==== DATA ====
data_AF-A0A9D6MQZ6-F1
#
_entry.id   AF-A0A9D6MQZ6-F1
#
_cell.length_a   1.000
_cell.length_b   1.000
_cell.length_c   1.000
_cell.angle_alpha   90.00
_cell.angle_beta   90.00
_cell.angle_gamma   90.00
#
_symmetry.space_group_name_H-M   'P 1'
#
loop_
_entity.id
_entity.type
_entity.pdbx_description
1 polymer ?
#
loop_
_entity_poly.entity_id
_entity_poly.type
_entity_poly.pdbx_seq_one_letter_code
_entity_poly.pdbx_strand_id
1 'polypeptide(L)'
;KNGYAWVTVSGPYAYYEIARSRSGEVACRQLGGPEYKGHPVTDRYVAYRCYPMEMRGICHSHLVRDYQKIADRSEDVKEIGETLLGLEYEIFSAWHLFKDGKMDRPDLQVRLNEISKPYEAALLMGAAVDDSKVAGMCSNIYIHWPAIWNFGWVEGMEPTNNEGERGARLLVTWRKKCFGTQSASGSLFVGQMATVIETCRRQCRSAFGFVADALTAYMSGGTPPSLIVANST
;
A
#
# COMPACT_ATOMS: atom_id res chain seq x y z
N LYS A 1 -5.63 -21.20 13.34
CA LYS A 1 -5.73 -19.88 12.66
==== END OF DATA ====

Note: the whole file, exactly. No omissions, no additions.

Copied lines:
data_AF-A0A9D6MQZ6-F1
#
_entry.id   AF-A0A9D6MQZ6-F1
#
_cell.length_a   1.000
_cell.length_b   1.000
_cell.length_c   1.000
_cell.angle_alpha   90.00
_cell.angle_beta   90.00
_cell.angle_gamma   90.00
#
_symmetry.space_group_name_H-M   'P 1'
#
loop_
_entity.id
_entity.type
_entity.pdbx_description
1 polymer ?
#
loop_
_entity_poly.entity_id
_entity_poly.type
_entity_poly.pdbx_seq_one_letter_code
_entity_poly.pdbx_strand_id
1 'polypeptide(L)'
;KNGYAWVTVSGPYAYYEIARSRSGEVACRQLGGPEYKGHPVTDRYVAYRCYPMEMRGICHSHLVRDYQKIADRSEDVKEIGETLLGLEYEIFSAWHLFKDGKMDRPDLQVRLNEISKPYEAALLMGAAVDDSKVAGMCSNIYIHWPAIWNFGWVEGMEPTNNEGERGARLLVTWRKKCFGTQSASGSLFVGQMATVIETCRRQCRSAFGFVADALTAYMSGGTPPSLIVANST
;
A
#
# COMPACT_ATOMS: atom_id res chain seq x y z
N LYS A 1 -5.63 -21.20 13.34
CA LYS A 1 -5.73 -19.88 12.66